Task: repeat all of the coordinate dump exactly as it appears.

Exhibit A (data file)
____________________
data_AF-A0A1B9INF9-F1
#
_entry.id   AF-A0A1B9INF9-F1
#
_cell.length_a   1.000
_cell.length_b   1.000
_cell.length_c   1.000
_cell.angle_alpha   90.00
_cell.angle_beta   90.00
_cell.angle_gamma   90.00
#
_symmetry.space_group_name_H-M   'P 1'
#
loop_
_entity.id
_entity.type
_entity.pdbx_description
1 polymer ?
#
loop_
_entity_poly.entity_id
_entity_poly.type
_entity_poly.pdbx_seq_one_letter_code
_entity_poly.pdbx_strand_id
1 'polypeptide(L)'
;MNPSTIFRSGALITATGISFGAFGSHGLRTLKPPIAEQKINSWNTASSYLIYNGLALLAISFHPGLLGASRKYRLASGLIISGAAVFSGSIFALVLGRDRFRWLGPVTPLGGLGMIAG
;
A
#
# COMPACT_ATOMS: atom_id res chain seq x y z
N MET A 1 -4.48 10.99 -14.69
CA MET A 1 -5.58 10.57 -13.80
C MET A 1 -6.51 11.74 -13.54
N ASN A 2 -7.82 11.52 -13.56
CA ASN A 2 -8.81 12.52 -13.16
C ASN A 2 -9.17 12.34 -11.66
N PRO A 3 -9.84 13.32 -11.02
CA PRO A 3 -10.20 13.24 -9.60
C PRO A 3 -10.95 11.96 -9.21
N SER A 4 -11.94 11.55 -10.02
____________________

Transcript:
data_AF-A0A1B9INF9-F1
#
_entry.id   AF-A0A1B9INF9-F1
#
_cell.length_a   1.000
_cell.length_b   1.000
_cell.length_c   1.000
_cell.angle_alpha   90.00
_cell.angle_beta   90.00
_cell.angle_gamma   90.00
#
_symmetry.space_group_name_H-M   'P 1'
#
loop_
_entity.id
_entity.type
_entity.pdbx_description
1 polymer ?
#
loop_
_entity_poly.entity_id
_entity_poly.type
_entity_poly.pdbx_seq_one_letter_code
_entity_poly.pdbx_strand_id
1 'polypeptide(L)'
;MNPSTIFRSGALITATGISFGAFGSHGLRTLKPPIAEQKINSWNTASSYLIYNGLALLAISFHPGLLGASRKYRLASGLIISGAAVFSGSIFALVLGRDRFRWLGPVTPLGGLGMIAG
;
A
#
# COMPACT_ATOMS: atom_id res chain seq x y z
N MET A 1 -4.48 10.99 -14.69
CA MET A 1 -5.58 10.57 -13.80
C MET A 1 -6.51 11.74 -13.54
N ASN A 2 -7.82 11.52 -13.56
CA ASN A 2 -8.81 12.52 -13.16
C ASN A 2 -9.17 12.34 -11.66
N PRO A 3 -9.84 13.32 -11.02
CA PRO A 3 -10.20 13.24 -9.60
C PRO A 3 -10.95 11.96 -9.21
N SER A 4 -11.94 11.55 -10.02